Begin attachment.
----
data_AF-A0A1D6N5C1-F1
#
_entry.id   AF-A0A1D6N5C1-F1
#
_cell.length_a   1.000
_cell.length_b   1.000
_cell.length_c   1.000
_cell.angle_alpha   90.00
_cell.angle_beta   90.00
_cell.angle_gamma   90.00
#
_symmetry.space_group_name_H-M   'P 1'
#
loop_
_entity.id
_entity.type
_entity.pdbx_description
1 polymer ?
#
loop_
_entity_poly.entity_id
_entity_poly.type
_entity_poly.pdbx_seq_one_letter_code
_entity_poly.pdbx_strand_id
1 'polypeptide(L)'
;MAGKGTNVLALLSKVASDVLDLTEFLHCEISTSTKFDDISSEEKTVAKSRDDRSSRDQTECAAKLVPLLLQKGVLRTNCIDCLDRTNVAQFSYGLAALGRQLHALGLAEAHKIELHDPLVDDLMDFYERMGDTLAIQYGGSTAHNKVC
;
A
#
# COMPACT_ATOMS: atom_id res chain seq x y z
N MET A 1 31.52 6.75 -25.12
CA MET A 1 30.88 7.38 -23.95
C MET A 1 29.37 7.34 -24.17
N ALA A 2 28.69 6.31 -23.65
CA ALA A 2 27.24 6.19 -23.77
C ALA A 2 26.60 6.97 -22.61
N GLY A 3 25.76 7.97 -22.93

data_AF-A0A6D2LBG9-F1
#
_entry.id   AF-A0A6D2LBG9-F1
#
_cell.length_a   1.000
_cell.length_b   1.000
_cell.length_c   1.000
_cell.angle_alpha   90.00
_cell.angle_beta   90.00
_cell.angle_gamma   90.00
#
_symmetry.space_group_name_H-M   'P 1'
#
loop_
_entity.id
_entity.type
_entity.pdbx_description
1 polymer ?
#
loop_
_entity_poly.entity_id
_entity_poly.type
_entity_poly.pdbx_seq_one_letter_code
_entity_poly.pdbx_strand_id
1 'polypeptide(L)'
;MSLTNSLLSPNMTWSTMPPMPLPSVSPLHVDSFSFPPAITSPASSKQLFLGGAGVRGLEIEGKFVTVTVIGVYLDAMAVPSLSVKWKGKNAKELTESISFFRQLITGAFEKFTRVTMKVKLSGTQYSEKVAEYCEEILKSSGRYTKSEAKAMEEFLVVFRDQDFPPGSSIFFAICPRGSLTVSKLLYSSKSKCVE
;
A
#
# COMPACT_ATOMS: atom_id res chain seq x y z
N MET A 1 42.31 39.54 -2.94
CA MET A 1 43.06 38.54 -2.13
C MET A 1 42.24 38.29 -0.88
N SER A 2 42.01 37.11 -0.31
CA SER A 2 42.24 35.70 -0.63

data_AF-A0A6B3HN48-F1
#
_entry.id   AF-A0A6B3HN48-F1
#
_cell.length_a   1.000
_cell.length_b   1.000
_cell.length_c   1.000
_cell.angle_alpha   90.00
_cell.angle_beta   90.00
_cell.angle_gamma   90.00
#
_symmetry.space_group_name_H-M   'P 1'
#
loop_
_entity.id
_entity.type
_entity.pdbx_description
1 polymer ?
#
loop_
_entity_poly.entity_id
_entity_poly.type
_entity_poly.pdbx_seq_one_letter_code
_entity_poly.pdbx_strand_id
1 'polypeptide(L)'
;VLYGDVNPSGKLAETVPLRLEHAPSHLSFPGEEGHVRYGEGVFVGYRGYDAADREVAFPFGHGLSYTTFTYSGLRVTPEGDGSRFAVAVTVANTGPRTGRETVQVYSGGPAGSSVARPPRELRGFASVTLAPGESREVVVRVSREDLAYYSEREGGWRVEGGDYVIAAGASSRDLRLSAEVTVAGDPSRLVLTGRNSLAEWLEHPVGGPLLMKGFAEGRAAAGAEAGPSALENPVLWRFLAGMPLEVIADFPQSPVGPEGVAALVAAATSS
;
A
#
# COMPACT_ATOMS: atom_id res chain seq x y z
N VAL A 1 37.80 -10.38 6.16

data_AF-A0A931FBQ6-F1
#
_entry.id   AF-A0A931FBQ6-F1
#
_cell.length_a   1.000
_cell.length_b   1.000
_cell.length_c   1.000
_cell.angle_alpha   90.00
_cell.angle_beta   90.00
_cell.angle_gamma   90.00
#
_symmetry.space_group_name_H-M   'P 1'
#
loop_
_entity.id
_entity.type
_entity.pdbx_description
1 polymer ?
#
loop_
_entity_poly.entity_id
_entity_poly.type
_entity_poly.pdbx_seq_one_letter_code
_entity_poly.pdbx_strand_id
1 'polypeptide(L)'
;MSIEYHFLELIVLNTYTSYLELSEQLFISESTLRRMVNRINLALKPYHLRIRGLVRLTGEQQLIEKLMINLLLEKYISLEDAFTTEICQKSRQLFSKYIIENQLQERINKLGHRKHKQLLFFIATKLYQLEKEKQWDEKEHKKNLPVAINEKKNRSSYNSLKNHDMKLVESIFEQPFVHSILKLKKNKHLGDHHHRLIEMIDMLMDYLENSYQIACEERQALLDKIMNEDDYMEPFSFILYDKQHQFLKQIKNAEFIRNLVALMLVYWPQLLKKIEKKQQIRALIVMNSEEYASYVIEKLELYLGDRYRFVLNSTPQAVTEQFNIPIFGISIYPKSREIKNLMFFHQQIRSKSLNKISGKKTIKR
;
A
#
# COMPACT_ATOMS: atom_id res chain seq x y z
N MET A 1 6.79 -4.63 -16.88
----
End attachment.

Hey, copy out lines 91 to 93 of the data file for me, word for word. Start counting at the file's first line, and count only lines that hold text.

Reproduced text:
#
loop_
_entity_poly.entity_id